Monday, August 10, 2009
POETRY E-NEWSLETTER AUGUST 2009
Poets and lovers of poetry: I want to begin by thanking Roy Seitz for planning and executing one the finest readings I’ve ever done way up there in Index. It was like reading my poetry in paradise (Index is surrounded by mountains, rocks, and trees, and the Skykomish River runs right through town) and I was fortunate to share the bill with some of my favorite NW poets. Please consider attending the index Arts Festival next year. You won’t regret it. I would also like to thank poets Jeff Lair and Robinson Bolkum for their help with transportation and lodging for the event. It has been an honor to be one of the regular columnists for Sage Cohen’s “Writing the Life Poetic E-Zine.” My first two columns were entitled “The Poetics of Community: The Importance of Gathering with Likeminded People” and “Poetic Lineage and the Saturation Job.” If you’d like to read the two issues that have been released so far, go to: Writing the Life Poetic E-Zine May 2009: http://archive.constantcontact.com/fs010/1100476723030/archive/1102584554109.html Writing the Life Poetic E-Zine Summer 2009: http://archive.constantcontact.com/fs010/1100476723030/archive/1102646874958.html At the end of the month, Toni and I will be traveling to California for our annual rendezvous with my Kerouac School partner-in-crime David Madgalene, who has once again put together a couple of fantastic gigs for us. Please forward the following two events to your friends in California: Saturday August 29, 2009: The 1st Annual Shelldance Poetry, Music & Art Festival. Featuring Rockpile: David Meltzer, Michael Rothenberg, Terri Carrion and the Rabbles. Also Featured: Leah Lubin, Terry Adams, Natascha Bruckner, Camincha, Andrew Mayer, Nancy Cavers-Doughtery, Mark Eckert, Mary Hower, Jym Marks, Erica Goss, Jennifer Barone, Eileen Elliot, Christopher Luna, Toni Partington, David Madgalene and Judy Irwin. Music by Bassist Steve Shain. MC's: David Madgalene and Christopher Luna. Visual art by Leah Lubin, Anna Teeples, and Uma Rani Iyli. Free & open to the public. 3 pm until 9 pm. Shelldance Orchid Gardens, 2000 Highway 1, Pacifica, CA 94044. (650) 355-4845. www.shelldance.com Sunday, August 30, 2009. Arts Sonoma ’09 presents Audio-Graffiti: Poetry on, under and around the Bridge. Featuring Sonoma County Poet Laureate Mike Tuggle, Michael Rothenberg, Terri Carrion, Christopher Luna, Toni Partington, Eileen Elliot, judi goldberg, Dixie Lewis, David Beckman, Nancy Cavers-Doughtery, Andrew Mayer, Mark Eckert, and MC David Madgalene. 4 pm. Guerneville Plaza. Free and open to the public. 836-9586. firstname.lastname@example.org. via David Madgalene on behalf of Arts Sonoma ‘09 Finally, don’t forget to join us for Open Mic Poetry hosted by Christopher Luna 7:00pm Thursday, August 13, 2009 & every second Thursday Cover to Cover Books 1817 Main Street, Vancouver, WA McLoughlin Blvd. & Main Street “always all ages and uncensored” For more info call 514-0358 or 910-1066 With our featured reader, Jim Martin: A regular attendee of the open mic reading series since its inception in 2004, Jim Martin is a retired biologist and teacher who fills his time with writing, photography, and family. Jim will be reading from his chapbook entitled Riparian Journey. Fall. The creek turns chilly, Tippy's fur grows to a thick mat; the Moon enchants And my thoughts turn to you; just here, on the bank, so long ago The same chill air that disclosed your breathing, and drew our bodies close, carries your scent back to me now, and you're here. We touch, talk quietly, then, like the wisps of my breath, dissolve and leave me here, alone, remembering Jim Martin POETRY E-NEWSLETTER AUGUST 2009 TABLE OF CONTENTS Geezer Gallery benefit poetry reading at 100th Monkey Studio (Portland) August 7 First Fruits Poetry Reading (Tacoma, WA) August 8 St. Johns Market Day Poetry Series (Curated by Dan Raphael) Schedule for August Brittany Baldwin and Casey Bush at B&N Vancouver August 12 Oregon Writers Colony Calendar Featuring NW Authors Now Available Spare Room Collective readings for August Pamela Crow, Sophia Tree and Steve Williams at B&N Lloyd Center August 19 ROCKPILE TOUR/Big Bridge announcements from Michael Rothenberg Register early for Paulann Petersen’s workshop October 24-25 SUBMISSION CALLS (most with September deadlines, so act fast) Make ‘em sweat, Christopher 1. On Friday, August 7 from 6-9 PM, local poets Robert Davies, Joan Maiers, Dennis McBride, David Oates, Leah Stenson and guitarist Casey Killingsworth will perform at the 100th Monkey Studio, 110 SE 16th&Ankeny in Portland, OR. This event is a benefit for the Geezer Gallery. Contact: http://www.the100thmonkeystudio.com 2. First Fruits, An Agape poetry Event takes place August 8, 2009 5:00 p.m to 7:00 p.m. at Urban Grace, 9th and Market, Tacoma. Tickets $5.00 in advance, $7.00 at the door. To benefit the Agape Foundation. More informaiton: 253.272.2184 3. Dan Raphael has done it again. The maestro has put together a great series that runs during the St. Johns neighborhood Saturday Market. Heads up: I will be featured on September 12, along with Eileen Elliott, whose amazing new book, “Prodigal cowgirl” has just been released. Come out and support these great events: From Dan Raphael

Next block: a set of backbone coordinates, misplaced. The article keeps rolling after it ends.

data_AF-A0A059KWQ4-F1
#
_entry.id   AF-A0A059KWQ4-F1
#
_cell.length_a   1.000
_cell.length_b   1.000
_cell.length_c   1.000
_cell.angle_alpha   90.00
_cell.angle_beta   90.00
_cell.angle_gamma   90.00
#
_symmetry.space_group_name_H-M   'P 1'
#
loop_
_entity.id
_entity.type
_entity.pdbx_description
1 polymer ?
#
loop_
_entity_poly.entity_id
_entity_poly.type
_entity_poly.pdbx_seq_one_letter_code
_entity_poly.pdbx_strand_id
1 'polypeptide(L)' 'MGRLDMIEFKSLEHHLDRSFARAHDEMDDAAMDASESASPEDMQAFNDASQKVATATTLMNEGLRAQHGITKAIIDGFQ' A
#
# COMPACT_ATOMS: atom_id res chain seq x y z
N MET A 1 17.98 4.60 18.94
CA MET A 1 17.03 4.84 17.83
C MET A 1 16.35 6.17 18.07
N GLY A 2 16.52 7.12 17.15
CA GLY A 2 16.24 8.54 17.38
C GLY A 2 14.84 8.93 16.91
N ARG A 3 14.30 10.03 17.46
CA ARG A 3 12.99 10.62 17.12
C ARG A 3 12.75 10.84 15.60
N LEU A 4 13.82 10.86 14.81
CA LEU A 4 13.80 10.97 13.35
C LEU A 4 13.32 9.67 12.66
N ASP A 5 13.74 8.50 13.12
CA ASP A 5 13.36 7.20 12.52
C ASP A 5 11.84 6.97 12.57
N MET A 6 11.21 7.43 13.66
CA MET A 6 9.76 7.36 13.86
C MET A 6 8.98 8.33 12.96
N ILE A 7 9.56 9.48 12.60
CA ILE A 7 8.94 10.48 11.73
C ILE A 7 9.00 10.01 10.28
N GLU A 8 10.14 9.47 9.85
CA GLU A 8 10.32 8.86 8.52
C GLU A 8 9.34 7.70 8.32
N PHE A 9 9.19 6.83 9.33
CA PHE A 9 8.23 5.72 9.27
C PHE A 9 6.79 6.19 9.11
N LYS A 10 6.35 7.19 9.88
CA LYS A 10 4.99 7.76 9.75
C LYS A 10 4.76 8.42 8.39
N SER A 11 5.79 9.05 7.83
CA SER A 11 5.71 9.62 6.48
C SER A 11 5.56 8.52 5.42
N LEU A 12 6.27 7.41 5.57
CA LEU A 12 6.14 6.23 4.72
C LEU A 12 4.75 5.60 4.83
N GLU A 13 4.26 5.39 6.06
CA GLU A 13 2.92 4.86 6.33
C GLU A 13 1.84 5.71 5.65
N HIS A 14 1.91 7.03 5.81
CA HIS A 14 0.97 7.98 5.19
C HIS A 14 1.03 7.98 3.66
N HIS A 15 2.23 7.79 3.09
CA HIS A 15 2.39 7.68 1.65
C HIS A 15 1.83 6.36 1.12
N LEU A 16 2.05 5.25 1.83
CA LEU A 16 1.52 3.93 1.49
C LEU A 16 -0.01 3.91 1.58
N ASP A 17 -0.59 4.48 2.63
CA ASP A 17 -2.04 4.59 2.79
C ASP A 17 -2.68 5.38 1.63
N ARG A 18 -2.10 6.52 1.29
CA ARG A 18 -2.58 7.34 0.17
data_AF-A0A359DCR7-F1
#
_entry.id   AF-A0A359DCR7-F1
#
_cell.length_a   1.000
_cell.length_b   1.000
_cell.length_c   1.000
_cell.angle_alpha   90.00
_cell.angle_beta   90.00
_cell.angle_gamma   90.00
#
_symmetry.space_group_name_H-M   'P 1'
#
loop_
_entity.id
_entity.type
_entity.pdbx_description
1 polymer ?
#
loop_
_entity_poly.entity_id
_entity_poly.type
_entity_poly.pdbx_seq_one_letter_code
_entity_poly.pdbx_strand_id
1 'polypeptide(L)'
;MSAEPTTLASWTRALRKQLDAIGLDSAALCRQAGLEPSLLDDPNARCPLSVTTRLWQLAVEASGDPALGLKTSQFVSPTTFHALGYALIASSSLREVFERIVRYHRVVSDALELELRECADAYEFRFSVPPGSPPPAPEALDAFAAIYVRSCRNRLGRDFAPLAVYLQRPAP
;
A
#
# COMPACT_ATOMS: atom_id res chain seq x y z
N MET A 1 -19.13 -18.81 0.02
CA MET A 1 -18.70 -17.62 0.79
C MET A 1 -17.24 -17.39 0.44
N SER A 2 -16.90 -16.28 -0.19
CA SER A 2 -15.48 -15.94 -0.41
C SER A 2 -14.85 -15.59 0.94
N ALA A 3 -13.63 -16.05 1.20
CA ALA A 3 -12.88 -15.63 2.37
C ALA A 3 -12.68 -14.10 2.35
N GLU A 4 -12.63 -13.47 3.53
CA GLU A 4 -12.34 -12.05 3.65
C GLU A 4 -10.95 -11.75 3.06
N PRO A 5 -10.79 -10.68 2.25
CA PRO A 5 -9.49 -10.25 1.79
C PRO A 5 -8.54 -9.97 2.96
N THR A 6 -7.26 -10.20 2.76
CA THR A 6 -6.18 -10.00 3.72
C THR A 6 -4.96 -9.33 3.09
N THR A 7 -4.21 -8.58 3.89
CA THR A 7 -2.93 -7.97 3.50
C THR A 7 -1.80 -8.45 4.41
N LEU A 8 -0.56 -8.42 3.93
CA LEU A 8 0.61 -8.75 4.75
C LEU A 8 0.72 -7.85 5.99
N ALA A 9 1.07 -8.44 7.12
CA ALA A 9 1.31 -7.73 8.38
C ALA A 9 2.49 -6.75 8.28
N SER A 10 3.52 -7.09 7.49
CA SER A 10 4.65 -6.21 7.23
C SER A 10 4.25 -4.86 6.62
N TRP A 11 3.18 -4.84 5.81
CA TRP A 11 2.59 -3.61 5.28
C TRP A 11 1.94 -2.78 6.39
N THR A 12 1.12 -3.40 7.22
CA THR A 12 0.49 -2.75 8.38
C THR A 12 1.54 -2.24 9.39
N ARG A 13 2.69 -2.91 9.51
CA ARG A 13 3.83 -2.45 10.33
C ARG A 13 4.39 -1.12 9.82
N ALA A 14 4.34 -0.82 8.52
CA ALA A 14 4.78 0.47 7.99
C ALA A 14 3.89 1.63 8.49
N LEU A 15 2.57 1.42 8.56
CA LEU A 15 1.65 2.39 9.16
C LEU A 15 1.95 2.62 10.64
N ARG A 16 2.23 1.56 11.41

August got off to a rollicking start with Melissa Sillitoe, Rick J and Sara Kohler. The variety, verve and eloquence will continue thorughout the month